The trapezius muscle, the trapezius muscle, is also called the hood muscle because of its position and anatomical shape. It consists of three parts.

What is the trapezius muscle?

The trapezius muscle (trapezius muscle) is located in the area of ​​the neck and the upper back. It is divided into three different sections, each with a different function. Paralysis of the trapezius muscle leads to shoulder obliquity and pain. Also different movements are no longer possible with a paralysis of the trapezius muscle.

Anatomy & Construction

The trapezius muscle consists of three parts in humans. The descending part (Pars descendens) is located above the scapula. This part of the trapezius muscle originates from the occipital bone (occipital bone) and the neckband.

The neck band is a paired band that runs from the occipital to the spinous process of the seventh cervical vertebra. The upper cervical vertebrae also serve as the point of origin for the descending part of the trapezius muscle. The approach of this muscle part lies in the lateral third of the clavicle. The pars transversa, the transverse part of the trapezius muscle, is located between the thoracic vertebrae and is referred to as the middle hood muscle. Origin are the seventh cervical vertebra and the first three vertebrae of the thoracic spine. Muscle attachment is the acromion. The Acromion is also known as herringbone. It forms the highest point of the scapula in humans.

The third part of the trapezius muscle is the pars ascendens. This ascending part lies below the scapula. Origin of the lower hood muscle are the thoracic vertebrae four to twelve. The starting point, however, is the spina scapulae. The scapular spine is the scapegrain that extends across the dorsal surface of the scapula and divides the scapula into the infraspinate fossa and the supraspinate fossa. Occasionally, the trapezius muscle is also fused with the sternocleidomastoid muscle.

This muscle is also known as a head licker or head licker. It is located between sternum, collarbone and skull base. Both muscles develop from a common system and are also supplied by the same nerve (accessory nerve). Only by the separation of the joint system of the muscles the typical lateral neck triangle (Regio cervicalis lateralis) arises.

Function & Tasks

The individual sections of the trapezius muscle have almost opposite directions of action, so that the muscle can fulfill different functions. The Pars descendens, the descending part, is responsible for the rotation of the head. The lifting of the shoulders also belongs to the scope of this muscle section. The Pars descendens is mainly trained in strength training and bodybuilding. A well-trained descending part of the trapezius muscle keeps the shoulders stable even when carrying heavy loads and does not sink.

A contraction of the middle hood muscle (pars transversa) results in a contraction of the shoulders due to the contraction of the scapulae. The Pars ascendens, the ascending part of the trapezius muscle, lowers the shoulders. An increase in the trunk with fixed arms is possible thanks to the ascending trapezius muscle.

Diseases

Pain in the neck and upper back is often due to tension in the trapezius muscle. The most frequent cause of these tensions is long sitting in unergonomic postures. Trapezius muscle is particularly common in people who work a lot on the computer or often sit at their desks.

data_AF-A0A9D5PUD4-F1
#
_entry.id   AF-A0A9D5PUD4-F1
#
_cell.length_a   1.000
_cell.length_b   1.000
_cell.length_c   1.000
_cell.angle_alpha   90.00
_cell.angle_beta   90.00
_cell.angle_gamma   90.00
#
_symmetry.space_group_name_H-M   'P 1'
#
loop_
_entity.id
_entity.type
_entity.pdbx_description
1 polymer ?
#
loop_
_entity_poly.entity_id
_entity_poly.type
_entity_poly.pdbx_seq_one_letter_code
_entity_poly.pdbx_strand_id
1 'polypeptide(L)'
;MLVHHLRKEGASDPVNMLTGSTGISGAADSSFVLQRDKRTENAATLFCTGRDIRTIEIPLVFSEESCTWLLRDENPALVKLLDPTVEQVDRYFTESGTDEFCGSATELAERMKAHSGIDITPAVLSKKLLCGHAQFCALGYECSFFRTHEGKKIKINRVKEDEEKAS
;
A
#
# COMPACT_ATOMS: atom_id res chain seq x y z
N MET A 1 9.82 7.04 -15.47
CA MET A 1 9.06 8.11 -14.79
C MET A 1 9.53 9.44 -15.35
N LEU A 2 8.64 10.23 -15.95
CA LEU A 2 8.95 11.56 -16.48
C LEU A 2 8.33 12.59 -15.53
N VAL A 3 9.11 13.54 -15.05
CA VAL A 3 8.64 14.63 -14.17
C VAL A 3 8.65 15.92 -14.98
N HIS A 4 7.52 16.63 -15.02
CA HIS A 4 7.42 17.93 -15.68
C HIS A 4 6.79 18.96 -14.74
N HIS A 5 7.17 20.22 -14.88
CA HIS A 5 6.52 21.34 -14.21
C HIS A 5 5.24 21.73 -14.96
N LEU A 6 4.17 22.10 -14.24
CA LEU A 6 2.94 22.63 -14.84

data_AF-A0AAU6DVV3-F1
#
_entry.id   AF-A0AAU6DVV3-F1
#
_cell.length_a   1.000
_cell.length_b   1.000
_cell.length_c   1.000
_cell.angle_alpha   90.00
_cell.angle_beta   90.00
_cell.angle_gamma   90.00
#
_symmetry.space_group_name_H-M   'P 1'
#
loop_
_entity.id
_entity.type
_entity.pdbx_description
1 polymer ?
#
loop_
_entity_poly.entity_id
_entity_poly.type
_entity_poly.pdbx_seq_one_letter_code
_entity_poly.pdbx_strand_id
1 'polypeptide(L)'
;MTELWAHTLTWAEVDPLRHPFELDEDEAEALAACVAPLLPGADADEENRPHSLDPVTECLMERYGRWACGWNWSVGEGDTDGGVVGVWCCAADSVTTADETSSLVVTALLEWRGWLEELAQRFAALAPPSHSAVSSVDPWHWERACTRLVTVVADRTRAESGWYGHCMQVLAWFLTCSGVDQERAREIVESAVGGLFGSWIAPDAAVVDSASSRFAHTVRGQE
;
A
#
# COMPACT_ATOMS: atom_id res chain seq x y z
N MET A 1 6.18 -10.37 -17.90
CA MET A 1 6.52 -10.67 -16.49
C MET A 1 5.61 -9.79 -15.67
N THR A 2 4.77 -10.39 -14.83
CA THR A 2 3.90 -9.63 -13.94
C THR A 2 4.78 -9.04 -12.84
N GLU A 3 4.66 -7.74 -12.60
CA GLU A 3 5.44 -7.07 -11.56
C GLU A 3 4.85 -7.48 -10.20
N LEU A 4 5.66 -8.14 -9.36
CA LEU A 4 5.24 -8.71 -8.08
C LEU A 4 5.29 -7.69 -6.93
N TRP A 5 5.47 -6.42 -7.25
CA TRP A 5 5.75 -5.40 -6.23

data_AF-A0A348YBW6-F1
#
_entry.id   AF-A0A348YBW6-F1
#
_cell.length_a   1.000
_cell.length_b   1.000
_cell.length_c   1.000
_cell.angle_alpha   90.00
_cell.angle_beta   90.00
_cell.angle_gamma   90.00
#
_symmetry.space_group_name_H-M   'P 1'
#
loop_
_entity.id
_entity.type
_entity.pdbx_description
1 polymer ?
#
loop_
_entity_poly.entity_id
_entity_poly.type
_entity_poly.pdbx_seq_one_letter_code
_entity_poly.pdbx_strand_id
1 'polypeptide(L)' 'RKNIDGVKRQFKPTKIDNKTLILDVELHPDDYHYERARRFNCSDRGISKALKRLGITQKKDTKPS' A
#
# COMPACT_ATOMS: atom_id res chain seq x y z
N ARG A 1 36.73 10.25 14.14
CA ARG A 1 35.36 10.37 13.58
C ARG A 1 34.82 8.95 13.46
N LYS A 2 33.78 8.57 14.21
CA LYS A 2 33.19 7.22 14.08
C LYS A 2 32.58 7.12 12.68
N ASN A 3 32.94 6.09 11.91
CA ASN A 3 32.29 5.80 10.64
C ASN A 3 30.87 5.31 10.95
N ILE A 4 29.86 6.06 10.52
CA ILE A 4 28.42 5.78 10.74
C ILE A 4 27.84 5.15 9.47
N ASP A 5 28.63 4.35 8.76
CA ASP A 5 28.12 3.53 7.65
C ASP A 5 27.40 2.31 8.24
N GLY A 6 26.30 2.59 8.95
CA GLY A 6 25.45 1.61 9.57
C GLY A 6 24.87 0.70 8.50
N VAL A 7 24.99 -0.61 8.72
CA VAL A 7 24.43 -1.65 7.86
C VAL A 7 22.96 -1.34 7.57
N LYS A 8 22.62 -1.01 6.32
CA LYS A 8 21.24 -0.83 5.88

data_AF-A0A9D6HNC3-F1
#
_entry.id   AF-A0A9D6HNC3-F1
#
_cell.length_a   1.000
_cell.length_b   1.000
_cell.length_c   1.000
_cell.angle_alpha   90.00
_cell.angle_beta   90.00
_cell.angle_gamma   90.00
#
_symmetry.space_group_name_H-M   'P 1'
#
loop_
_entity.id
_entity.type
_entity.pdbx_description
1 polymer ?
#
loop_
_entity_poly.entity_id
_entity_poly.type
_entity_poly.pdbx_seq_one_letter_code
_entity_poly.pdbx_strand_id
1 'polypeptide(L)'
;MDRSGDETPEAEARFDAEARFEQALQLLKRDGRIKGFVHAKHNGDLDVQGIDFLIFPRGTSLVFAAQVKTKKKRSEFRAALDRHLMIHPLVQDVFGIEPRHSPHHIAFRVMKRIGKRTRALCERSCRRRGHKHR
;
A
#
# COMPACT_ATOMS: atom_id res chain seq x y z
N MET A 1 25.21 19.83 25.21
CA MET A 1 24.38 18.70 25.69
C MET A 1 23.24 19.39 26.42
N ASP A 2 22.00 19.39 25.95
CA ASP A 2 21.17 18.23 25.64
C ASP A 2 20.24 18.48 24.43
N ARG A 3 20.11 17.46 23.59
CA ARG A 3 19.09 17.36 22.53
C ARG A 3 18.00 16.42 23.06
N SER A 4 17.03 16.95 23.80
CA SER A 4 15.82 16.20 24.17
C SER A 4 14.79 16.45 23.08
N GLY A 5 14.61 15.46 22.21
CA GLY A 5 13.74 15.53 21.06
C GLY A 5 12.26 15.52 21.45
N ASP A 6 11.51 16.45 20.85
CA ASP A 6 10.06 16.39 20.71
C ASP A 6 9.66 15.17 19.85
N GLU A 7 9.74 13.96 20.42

An unfavorable sleeping position, poor posture and heavy stress during sports can lead to tension in the area of ​​the trapezius muscle. Not infrequently, the tension and muscle hardening are also based on mental stress and psychosomatic causes. Another risk factor for tension of the trapezius muscle are shoulder bags. If you carry one-sided pockets on your shoulder, you often pull up on the affected shoulder so that the strap of the bag does not slip off your shoulder. As a result, one half of the descending descendants work permanently, so it can quickly lead to tension.

Impairment of the trapezius muscle is manifested by pain in the neck area, pain in the upper back and in the shoulder, or often headache. Muscles get tired quickly, so lifting arms or shoulders is only possible for a short period of time. Sooner or later, the constant tension also leads to signs of wear on the cervical and thoracic spine. In particular, the vertebrae, the intervertebral joints and the intervertebral discs are affected. One possible consequence is the acute or chronic neck arm or shoulder-arm syndrome. In the vernacular, these phenomena are also known as lumbago.

If the impairment of the trapezius muscle is manifested as a neck-and-head syndrome, symptoms such as dizziness, eye flutter and ringing in the ears are also possible. Less common is the so-called cervical syndrome. Due to the degenerative changes due to the tension of the trapezius muscle, there is a protrusion of the intervertebral disc in the region of the cervical spine. This narrows the spinal canal and squeezes the cervical cord. An acute bruising can lead to paralysis of the arms and legs. It is rather rare. More often, the damages develop more slowly. Typical are gait disturbances, tingling and disorders of fine motor movements.

If the trapezius muscle is paralyzed by a disease, this paralysis manifests itself as a depression of the diseased shoulder. The middle edge of the scapula is crooked and shows from the top outside to the inside down. If the arm is to be raised laterally, this is only possible for a small section. A lifting to the horizontal is not possible. Also, the support of the scapula on the spine is severely impaired.

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